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How YOU can contribute to OSS, a beginners guide

softchris profile image Chris Noring ・7 min read

Follow me on Twitter, happy to take your suggestions on topics or improvements /Chris

TLDR; this post hopes to show you, who are curious about OSS, HOW to get started, what git commands you need to type and some concepts you should know about. This is detailed, with pictures :)

In this article we will cover:

  • Rules and regulations, let's talk about things you should be doing for OSS as well as enterprise development
  • Getting started, this will cover things such as learning to fork the repository, create a local branch, add code and finally raising a PR, a Pull request
  • Dealing with change requests, you will have contributors asking you to change things, such as title, or what commits you have or even how to squash them to one commit, it's all covered here

So you are curious about how you can contribute to open source? Good, that’s a nice mindset to have. Things that are open source can be used by all of us so YOU spending whatever extra cycles you have is a very nice thing to do and can be quite fun and educational as well.

Rules & Regulations

Contributing to Open Source does come with some rules though, rules that are there for a reason. Imagine a bunch of developers all wanting to contribute, we need to have a way to make sure that their changes are done in a responsible way. Responsible might mean things like:

  • Linting, Code adhering to the linting rules or in other ways following some style guide
  • Tests, there are updated tests or added tests that go along with your suggested change
  • Commits are either squashed or divided up into many small commits, where every commit only changes one thing. For this to work well each commit should follow some kind of naming standard like this, for example, Semantic commits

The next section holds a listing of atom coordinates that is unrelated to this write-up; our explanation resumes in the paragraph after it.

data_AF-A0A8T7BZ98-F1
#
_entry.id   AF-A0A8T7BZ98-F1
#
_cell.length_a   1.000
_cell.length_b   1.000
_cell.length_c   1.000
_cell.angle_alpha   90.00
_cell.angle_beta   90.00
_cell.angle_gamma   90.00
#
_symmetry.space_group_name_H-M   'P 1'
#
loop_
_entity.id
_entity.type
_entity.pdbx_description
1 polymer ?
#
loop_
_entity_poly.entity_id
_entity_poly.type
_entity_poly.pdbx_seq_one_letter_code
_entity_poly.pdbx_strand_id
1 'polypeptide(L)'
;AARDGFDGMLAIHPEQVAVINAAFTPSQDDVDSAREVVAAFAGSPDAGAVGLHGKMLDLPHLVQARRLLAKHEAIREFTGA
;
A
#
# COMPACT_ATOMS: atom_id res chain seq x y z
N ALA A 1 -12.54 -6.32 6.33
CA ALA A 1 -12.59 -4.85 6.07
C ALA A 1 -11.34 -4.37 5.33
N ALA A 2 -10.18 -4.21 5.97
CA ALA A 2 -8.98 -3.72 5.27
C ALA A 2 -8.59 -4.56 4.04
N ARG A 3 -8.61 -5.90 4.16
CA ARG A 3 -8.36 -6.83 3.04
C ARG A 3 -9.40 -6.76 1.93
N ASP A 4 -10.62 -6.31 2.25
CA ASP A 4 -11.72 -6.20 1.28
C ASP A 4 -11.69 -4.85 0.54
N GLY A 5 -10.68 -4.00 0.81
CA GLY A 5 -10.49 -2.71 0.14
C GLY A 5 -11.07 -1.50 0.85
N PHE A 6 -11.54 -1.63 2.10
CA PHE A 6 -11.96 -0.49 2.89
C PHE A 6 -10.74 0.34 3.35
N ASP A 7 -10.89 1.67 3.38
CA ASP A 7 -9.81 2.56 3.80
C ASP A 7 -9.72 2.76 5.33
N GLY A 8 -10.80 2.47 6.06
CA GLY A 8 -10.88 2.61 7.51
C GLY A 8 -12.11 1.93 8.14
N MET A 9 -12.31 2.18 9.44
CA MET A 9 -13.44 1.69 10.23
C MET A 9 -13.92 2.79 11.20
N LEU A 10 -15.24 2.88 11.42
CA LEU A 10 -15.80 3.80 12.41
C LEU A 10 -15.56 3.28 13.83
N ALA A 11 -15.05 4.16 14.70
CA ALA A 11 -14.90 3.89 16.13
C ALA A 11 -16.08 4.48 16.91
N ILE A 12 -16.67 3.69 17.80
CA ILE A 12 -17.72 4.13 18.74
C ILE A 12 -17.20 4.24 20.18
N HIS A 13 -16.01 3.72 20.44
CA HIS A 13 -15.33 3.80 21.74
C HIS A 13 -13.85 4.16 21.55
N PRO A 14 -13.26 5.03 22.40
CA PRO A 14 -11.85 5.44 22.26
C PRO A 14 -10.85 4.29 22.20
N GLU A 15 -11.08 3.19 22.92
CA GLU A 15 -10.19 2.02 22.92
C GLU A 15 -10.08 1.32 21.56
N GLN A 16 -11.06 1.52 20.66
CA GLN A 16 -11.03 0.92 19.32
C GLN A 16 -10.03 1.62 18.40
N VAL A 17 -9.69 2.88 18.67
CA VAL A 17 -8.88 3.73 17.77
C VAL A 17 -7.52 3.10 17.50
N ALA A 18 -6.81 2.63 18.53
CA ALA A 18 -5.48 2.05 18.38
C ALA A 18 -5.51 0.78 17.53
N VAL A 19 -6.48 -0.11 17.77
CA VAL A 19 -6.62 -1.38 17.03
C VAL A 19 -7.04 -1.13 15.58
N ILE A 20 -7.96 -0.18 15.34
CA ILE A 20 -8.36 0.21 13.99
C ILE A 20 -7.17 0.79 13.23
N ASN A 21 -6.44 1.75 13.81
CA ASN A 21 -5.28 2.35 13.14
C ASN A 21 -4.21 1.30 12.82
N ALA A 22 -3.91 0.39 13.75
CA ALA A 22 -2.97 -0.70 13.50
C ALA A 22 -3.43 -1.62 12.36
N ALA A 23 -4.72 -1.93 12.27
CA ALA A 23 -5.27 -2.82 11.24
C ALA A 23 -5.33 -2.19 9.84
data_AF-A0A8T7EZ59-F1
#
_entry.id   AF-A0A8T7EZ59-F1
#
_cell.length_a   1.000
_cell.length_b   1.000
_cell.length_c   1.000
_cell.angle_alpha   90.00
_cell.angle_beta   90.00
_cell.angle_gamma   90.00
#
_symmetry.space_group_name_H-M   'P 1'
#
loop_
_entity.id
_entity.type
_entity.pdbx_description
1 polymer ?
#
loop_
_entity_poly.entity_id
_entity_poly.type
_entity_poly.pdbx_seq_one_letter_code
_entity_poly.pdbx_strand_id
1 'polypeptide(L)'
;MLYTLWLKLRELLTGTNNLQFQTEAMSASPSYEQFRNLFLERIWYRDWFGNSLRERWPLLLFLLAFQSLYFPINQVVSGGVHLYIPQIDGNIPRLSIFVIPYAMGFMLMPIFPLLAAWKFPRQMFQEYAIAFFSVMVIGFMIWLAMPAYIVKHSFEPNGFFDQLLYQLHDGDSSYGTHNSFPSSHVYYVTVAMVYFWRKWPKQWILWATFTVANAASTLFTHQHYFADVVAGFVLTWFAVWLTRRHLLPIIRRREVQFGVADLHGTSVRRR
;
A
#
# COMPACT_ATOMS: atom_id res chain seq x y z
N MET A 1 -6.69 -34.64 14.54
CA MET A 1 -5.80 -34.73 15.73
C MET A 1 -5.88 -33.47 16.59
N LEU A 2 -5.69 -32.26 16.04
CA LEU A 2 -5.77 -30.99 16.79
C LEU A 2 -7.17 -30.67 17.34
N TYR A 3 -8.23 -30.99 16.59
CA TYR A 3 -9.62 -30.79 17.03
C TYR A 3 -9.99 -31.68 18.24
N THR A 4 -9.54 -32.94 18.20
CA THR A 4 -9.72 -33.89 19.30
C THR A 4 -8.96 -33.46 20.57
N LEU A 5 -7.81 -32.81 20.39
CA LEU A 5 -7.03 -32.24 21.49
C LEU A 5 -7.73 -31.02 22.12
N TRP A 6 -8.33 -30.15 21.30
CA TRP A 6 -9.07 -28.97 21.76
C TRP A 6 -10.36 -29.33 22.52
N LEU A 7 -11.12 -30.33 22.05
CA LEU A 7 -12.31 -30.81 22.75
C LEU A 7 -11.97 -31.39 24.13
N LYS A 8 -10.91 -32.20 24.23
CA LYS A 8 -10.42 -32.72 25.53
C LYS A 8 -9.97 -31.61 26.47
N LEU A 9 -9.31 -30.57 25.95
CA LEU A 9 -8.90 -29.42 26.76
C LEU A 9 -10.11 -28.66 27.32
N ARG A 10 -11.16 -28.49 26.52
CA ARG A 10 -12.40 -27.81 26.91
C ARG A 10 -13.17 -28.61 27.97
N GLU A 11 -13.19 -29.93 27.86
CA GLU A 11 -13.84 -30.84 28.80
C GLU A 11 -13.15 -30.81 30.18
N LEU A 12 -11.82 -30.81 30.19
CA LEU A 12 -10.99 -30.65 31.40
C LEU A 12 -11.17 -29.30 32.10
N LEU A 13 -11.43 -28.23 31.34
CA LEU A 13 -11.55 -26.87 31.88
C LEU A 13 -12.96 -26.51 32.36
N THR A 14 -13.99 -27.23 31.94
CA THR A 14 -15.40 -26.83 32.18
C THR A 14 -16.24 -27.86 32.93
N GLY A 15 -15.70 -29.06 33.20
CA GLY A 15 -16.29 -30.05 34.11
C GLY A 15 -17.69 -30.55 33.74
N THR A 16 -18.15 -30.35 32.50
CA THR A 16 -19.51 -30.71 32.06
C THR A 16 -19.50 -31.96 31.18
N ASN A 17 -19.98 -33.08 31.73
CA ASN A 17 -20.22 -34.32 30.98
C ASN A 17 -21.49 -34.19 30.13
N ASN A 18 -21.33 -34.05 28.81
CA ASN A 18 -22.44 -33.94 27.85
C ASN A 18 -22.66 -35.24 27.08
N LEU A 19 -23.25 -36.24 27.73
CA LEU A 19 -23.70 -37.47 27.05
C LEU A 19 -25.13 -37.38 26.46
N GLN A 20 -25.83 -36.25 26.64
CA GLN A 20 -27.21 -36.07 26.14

Getting started

Most projects won’t let you push your branches directly toward the repo but you need to instead to fork the repository. A fork is simply a copy of a project and means you don’t directly affect the project that you want to help out with. This leaves room for you to experiment freely on your forked repository. So how do we get those changes to the real repo? For that, we need to create a PR, a pull request. Then we just need to get the PR to pass the reviewers and their CI ( Continuous integration) system and BOOM, you can call yourself a contributor. Let’s write down the exact steps we need to take and show each step in detail:

  1. Fork the repository
  2. Create a branch locally
  3. Add code and optionally tests on your local branch
  4. Commit the changes to your local branch
  5. Push code and raise a PR

 Fork a repository

This step is quite simple. Just click the Fork button and it will create a copy of the repository on your GitHub account.

 Create a branch

So now we create a branch locally for our code. You can create a branch and check it out in one motion:

git checkout -b feature/name-of-my-feature

Now you are ready to change whatever you need in the code.

Test

You should, preferably, before you start coding, think about how you will test your changes, do you need to add an integration test or a unit test? Check your specific project on how you build and run that library/framework and especially how to run the accompanying tests. Once you start adding the code you will see if any tests break because of it. If no tests break you are either lucky/good or you might need to add some tests yourself. Make sure you look at how other tests are written in the project in terms of naming and code style.

Committing

My recommendation here is that you don’t add too many changes at once. Have small focused commits that are nicely named, according to what they do. For example:

feat: adding pagination to product list

or

test: adding tests for pagination of product page

 Push changes

Once you’ve achieved what you intend to achieve, it’s time to push the changes. You can do so by typing:
git push origin master

 Raise PR

Here you go to your fork on GitHub and you select the New pull request button.

Once you select that you will come to the next page looking like this:

Above we need to select our repository on the right together with the pushed branch. Then we need to hit the green button, that is you have not already created the PR, it should say Create new pull request. At this point, you can give your PR a name and you should also see if there are some checkboxes you should be checking to tell the maintainer what your PR is about. Once your PR is created the button will change its text to View pull request. Clicking this button will take you to the actual pull request in question.
Now the PR lives on the actual repo that you are trying to change and should look something like this:

Pay attention to the comments on this page as core maintainers will tell you if something needs changing. Also, the CI system might tell you if something is wrong and will provide you with hopefully a useful error message:

 Dealing with change requests

This is a process that might take a few iterations to get it right. It might be things like: